I’ve been thinking a lot about names lately…..
Especially about how my professional “names” have changed since my “young nurse” days. Of course my original RN license included first, middle, maiden, and last names. That was the law. At first I wore a simple name pin proudly, as depicted in this framed print that my nurse managers gave me when I reached administrative status. I also wore my school pin from Harding University–gold with a map of the world and a “go ye” message.
Yes, I wore white (oftentimes a dress), a nurse’s cap, white “duty” shoes, carefully polished, and a wristwatch with a second hand! A far cry from today’s colorful scrubs, athletic shoes, and photo IDs required of healthcare professionals. In those days I was simply “KP” to most of the staff and physicians. After all, we charted on paper and simple initials confirmed medications administered, etc. There were a lot of other things different about nursing back then. I was one RN “charge nurse” with a couple of LPNs (if I was lucky) and a team of nurses’ aides and orderlies taking care of 25 to 30 patients on a unit. I knew about all of them because part of my job was rounding three times in an eight-hour shift to check on them. There’s a lot to be said for the advances in healthcare but I sometimes feel that I came up in the last of the “glory days” of nursing when technology was less important. I know that I made a difference on many of those shifts because of the time spent with patients and decisions made. And, just sometimes, I long to be called a simple “KP” again.
But back to the name thing. When I finally completed my Master’s in Nursing I dropped the middle name and added my maiden name in its stead. My father was so proud of me. I wanted the family name to be part of my professional credential. He didn’t get to see me graduate (he died in September before I finished in December). But I hope someday to tell him about it. Or maybe he already knows?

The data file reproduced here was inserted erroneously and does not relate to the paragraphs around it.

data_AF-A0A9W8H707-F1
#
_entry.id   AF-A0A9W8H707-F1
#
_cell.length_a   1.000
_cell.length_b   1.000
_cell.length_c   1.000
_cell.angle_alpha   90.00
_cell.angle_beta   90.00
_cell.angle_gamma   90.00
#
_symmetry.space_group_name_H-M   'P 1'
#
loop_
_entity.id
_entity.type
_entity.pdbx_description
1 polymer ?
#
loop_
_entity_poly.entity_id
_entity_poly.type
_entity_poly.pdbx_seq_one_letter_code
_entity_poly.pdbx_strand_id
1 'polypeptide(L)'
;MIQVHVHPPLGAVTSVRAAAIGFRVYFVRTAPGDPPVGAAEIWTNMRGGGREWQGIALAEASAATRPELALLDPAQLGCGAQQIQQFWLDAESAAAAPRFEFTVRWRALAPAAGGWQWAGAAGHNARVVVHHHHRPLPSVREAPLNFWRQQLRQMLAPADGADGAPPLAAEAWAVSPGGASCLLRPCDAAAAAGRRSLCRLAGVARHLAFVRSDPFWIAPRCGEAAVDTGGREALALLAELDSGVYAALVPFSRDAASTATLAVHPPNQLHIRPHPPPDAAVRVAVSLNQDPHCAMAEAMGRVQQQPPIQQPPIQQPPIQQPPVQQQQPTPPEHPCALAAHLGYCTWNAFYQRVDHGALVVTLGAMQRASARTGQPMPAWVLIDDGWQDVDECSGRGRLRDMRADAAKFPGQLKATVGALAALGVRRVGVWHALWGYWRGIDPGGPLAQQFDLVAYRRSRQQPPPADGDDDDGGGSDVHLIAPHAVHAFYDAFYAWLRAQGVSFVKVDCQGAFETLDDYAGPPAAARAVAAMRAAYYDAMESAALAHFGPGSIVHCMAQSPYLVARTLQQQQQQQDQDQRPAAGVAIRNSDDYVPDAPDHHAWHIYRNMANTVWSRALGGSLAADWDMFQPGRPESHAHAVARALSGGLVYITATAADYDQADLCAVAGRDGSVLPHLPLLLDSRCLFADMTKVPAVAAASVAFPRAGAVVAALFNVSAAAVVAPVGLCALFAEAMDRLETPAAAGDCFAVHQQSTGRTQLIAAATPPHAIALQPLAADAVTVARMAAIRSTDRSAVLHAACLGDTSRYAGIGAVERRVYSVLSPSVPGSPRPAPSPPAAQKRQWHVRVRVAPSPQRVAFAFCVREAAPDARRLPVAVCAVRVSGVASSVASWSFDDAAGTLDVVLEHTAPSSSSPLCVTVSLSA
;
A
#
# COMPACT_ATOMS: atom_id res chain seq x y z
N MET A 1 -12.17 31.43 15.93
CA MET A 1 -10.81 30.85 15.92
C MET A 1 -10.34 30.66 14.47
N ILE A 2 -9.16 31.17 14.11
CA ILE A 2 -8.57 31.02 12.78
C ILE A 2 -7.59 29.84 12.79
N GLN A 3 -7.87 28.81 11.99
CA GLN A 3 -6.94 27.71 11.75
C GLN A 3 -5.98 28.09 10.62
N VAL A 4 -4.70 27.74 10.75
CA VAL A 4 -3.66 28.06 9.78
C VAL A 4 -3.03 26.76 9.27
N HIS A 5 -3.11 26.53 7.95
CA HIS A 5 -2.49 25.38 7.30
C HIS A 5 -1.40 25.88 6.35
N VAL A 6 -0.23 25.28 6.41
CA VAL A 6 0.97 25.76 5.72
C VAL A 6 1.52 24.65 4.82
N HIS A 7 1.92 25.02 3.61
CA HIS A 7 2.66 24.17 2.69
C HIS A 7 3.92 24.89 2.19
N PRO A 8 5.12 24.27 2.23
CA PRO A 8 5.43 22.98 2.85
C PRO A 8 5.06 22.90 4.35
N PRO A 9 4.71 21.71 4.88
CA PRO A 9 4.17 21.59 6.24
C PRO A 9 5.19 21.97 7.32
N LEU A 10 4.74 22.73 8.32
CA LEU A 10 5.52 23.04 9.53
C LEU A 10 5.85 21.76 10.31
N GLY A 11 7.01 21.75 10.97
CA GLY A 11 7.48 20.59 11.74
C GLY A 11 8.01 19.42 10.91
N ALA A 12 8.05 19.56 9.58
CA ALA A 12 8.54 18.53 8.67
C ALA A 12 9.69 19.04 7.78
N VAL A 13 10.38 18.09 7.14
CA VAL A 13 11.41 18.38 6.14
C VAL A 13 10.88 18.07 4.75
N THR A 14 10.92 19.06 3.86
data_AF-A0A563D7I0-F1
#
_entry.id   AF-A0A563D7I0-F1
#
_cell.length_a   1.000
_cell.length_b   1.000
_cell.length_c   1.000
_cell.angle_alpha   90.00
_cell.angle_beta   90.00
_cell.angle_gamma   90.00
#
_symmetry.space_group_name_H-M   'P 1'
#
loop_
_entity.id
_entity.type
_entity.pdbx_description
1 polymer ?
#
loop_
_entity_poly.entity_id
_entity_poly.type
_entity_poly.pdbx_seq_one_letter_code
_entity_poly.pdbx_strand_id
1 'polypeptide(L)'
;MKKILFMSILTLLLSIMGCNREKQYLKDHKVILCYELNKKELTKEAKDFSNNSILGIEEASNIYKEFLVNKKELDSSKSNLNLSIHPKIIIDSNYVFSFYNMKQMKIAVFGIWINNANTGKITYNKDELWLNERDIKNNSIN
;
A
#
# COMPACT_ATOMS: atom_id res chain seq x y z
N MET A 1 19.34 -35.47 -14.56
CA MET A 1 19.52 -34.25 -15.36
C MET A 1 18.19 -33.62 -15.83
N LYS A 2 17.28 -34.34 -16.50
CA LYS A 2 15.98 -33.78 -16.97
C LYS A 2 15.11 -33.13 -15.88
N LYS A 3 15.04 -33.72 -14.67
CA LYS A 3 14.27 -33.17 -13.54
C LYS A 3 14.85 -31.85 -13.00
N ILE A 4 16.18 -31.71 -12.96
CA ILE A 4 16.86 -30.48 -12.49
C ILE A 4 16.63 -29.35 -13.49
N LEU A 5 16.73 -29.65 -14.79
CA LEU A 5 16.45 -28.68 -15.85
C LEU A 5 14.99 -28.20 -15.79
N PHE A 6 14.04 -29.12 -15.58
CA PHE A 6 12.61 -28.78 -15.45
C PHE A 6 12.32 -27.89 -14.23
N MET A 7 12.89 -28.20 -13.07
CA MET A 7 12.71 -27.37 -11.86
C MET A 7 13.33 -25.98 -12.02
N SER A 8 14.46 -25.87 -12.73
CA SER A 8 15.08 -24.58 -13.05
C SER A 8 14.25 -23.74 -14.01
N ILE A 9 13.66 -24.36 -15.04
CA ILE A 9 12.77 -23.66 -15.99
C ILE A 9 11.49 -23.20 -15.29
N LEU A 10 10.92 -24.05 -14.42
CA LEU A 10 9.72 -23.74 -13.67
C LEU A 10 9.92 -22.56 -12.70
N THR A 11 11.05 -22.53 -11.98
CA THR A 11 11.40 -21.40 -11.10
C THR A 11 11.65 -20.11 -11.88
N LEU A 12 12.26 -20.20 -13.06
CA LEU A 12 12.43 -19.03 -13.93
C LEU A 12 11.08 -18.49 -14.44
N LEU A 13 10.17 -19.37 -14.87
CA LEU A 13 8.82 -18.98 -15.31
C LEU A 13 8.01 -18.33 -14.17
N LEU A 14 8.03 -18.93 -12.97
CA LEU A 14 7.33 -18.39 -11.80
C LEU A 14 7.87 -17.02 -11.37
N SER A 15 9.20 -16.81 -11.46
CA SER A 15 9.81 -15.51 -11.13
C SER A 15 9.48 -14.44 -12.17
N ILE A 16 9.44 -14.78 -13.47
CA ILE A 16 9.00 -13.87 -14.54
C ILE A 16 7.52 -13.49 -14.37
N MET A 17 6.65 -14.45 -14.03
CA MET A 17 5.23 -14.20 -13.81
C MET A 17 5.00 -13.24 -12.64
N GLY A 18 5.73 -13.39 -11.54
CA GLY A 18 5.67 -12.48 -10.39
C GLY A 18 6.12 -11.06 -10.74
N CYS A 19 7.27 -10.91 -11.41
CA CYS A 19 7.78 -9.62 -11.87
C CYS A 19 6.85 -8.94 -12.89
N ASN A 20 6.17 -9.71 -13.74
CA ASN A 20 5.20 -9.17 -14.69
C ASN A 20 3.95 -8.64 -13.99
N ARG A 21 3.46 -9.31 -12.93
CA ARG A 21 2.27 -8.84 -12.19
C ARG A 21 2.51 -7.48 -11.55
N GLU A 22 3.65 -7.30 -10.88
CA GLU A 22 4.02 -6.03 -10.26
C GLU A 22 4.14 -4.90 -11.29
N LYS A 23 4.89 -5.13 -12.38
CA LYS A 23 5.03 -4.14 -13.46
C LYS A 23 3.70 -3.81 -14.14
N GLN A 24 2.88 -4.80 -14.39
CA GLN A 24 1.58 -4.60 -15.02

Lastly, the thing that really got me thinking about all this professional name thing is the realization that I’m no longer “KP.” Now old enough to be many attending’s mother and the resident/intern/medical student’s grandmother, I am known almost universally as “Ms. Kathy.” And I guess that’s ok. It just made me think about things. It comes with a bit of responsibility, I guess. I want to exemplify the traits that make nursing strong–intelligence, discernment, compassion, courtesy, professionalism. To be a person who leaves the world a little better because of my presence. I hope I can do that in my remaining years of nursing practice. And I’m not ready to give it up yet! I really like what I do and, yes, I’m good at it! 😉